Congregation marches to new, bigger building

The march from the “old” Unity Baptist Church at 545 Marion Drive to its new building on Oct. 31 was about a stone’s throw. The new church is right next door, at 543 Marion Drive. But the journey to get there has been long, the Rev. Raymond L. Giddens Sr. says.

The event — one of several over the weekend — culminated in a dedication and ribbon-cutting ceremony, followed by lunch. For many of the members, founding members and pastors past and present in attendance, the event didn’t merely mark the celebration of a new building to accommodate a growing church.

“We’ve seen it grow,” says Juanita Proctor, whose husband, Henry, is 90 years old. She and her husband joined the church after moving from San Antonio in 1998. “It’s very emotional. We’ve come a long ways by faith. Just trusting. We had obstacles and everything, but everything has worked out just like God wanted it to be.”

“I dreamed of this pastor,” she adds, recounting the time she got up and gave testimony about the dream, shortly after the arrival of Giddens and his wife, Linda.

When the pastor arrived on the scene nine years ago, plans were already in the making to build, or at least, expand what already existed on the church’s acreage. Giddens says he “took the plans, and looked at them, and prayed over them. We were led to use the rest of the property.”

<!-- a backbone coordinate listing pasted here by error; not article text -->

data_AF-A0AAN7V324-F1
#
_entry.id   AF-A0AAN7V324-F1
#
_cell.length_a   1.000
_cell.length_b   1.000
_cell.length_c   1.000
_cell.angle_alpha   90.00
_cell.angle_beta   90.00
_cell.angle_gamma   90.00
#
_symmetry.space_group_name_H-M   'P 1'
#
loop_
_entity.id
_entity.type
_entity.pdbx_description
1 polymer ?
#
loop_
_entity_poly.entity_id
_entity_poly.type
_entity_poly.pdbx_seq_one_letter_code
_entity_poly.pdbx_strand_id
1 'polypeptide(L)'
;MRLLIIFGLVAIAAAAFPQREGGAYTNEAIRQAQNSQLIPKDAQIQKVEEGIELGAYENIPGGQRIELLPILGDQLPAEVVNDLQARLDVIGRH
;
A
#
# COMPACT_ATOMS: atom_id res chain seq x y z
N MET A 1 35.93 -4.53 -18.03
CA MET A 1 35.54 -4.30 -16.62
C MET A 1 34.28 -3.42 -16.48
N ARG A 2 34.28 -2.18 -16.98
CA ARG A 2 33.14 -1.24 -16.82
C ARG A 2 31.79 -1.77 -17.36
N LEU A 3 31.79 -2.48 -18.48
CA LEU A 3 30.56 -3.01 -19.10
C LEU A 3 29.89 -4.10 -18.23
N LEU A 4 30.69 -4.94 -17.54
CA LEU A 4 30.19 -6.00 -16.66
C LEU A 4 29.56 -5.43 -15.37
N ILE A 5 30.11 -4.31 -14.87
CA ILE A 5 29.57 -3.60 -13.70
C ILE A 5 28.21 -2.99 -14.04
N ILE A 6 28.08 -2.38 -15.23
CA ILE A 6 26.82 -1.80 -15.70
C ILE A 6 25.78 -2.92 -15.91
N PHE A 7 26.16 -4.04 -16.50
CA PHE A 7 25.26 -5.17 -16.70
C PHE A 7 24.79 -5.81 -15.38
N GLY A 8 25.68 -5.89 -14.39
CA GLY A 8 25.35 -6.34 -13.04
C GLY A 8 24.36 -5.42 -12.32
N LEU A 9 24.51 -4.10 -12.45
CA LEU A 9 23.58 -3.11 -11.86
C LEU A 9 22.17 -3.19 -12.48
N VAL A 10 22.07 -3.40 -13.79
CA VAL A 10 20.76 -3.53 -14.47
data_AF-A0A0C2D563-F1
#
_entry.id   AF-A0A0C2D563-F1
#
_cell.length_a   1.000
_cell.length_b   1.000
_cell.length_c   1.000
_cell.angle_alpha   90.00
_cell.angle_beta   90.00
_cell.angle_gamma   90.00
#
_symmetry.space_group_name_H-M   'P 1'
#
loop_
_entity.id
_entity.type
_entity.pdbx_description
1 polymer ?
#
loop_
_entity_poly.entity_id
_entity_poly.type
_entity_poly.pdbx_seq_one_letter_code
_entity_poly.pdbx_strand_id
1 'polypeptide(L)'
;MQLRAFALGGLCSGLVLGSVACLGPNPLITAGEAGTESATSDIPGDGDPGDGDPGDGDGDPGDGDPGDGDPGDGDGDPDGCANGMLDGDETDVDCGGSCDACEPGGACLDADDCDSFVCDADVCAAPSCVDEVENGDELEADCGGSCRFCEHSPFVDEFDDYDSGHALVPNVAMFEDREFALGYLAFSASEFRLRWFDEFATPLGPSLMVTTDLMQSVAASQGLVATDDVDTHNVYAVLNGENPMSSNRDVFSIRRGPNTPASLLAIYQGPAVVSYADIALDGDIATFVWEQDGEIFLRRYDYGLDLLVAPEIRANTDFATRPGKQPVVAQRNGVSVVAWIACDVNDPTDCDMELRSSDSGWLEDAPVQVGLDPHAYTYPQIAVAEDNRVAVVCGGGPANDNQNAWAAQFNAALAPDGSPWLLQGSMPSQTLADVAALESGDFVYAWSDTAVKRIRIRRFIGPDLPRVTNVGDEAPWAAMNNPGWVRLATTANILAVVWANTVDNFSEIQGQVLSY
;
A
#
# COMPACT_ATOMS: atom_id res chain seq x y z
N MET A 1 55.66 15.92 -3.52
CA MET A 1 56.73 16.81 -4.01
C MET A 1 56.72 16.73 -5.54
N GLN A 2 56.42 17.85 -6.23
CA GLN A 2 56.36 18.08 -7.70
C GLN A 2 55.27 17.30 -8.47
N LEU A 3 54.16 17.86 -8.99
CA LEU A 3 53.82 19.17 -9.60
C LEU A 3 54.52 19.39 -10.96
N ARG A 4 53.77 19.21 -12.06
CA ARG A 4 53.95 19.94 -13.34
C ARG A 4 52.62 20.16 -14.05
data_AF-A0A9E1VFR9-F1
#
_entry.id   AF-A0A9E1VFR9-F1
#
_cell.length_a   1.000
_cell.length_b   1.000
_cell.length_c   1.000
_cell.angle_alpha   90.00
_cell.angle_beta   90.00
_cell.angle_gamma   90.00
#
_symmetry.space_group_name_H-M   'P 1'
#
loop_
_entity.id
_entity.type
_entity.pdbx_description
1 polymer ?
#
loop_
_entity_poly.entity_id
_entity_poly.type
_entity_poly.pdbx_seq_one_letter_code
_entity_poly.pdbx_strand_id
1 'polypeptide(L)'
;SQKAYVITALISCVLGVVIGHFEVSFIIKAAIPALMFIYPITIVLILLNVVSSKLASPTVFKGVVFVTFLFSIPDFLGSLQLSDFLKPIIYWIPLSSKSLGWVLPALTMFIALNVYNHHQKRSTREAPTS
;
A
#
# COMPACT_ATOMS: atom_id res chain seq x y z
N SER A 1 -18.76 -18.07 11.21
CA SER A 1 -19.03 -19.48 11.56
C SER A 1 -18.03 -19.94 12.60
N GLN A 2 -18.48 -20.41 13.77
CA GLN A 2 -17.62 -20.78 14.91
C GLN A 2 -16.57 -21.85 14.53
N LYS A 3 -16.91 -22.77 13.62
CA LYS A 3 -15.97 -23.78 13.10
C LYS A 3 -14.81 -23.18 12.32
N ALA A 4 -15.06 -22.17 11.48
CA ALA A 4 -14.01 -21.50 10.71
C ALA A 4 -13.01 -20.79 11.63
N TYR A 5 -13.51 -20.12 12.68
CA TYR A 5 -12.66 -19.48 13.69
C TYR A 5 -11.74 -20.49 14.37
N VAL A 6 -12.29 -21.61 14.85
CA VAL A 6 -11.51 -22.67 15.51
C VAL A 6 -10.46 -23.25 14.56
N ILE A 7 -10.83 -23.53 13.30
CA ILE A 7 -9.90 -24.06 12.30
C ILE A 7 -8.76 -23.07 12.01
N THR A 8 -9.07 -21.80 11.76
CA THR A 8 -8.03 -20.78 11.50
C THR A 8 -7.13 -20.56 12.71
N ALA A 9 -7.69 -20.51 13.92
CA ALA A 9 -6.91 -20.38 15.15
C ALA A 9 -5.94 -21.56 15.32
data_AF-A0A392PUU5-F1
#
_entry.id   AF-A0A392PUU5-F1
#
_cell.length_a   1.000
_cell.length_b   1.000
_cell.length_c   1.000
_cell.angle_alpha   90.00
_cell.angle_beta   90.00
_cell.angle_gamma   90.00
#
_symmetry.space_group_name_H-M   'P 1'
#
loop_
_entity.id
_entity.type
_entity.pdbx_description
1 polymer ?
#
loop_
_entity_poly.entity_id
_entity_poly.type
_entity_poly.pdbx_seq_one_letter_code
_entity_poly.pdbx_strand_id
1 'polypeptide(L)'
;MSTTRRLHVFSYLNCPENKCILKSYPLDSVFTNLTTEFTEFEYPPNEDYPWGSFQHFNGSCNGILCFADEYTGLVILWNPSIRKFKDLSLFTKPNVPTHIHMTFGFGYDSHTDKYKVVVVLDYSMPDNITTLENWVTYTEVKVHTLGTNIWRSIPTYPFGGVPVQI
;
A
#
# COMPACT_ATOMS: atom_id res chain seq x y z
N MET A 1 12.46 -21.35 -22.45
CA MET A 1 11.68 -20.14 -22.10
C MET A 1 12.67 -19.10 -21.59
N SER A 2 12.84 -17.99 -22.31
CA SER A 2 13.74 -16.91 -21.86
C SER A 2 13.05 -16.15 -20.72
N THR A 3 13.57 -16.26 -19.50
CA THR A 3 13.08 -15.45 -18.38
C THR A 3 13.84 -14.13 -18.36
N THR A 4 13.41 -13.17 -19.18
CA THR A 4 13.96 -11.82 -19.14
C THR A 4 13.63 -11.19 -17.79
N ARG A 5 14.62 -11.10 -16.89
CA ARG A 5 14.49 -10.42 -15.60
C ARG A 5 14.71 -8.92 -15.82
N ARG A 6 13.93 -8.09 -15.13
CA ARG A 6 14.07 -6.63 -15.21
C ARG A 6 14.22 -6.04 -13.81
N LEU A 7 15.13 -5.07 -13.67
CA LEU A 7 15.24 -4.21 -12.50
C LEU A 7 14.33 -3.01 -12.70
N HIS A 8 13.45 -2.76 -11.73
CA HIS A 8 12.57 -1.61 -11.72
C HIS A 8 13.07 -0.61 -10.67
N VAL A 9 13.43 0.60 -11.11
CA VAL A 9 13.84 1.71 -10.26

“One of his visions was to see the church built,” adds Helen Rivers, who has served as church secretary since the pastor’s arrival. Rivers also served on the committee that planned the dedication program for the weekend.

The hardest part of that vision, she says, was having to let it go for a time. The momentum resumed about a year ago.

According to Giddens, with no outside help, the church set up its own initial fundraising campaign, raising about $1.7 million. Donations came from parishioners, visitors and former members. Groundbreaking for the building took place on June 8, 2011 — with $1 million set aside to put down on the project, and no other loan in place. That, Giddens says, was “the biggest mistake. But we learned from it.”

The project ran into unexpected costs during construction and the congregation had problems securing a necessary loan, Giddens says.

“We just had faith, and we just prayed, and asked God to lead us,” Rivers says. “Like we say, he didn’t bring us this far to leave us. Now we’re here, and we can’t thank God enough.”

With a membership roll of 500, according to Giddens, special days were getting crowded at the old building. Church meals took place in shifts. And trainings spilled over into the sanctuary when one room couldn’t hold everyone. The church took its financial lumps and pressed forward, doling out $300,000 to restart the project, Giddens says. The total cost of the building was about $3.6 million to $3.7 million, he adds.

With the new building, the church has 10 large classrooms and a Fellowship Hall that holds 400-plus. According to Rivers, the new church can hold about 700 people.

Devoting some of that space to a new preschool is part of the vision, Giddens says. So is collaboration with the family court system in which the church fills a gap in services by providing a safe haven where wards of the court can visit with their families. It’s a far cry from a table at McDonald’s or Burger King, where such meetings are likely to happen, Giddens says.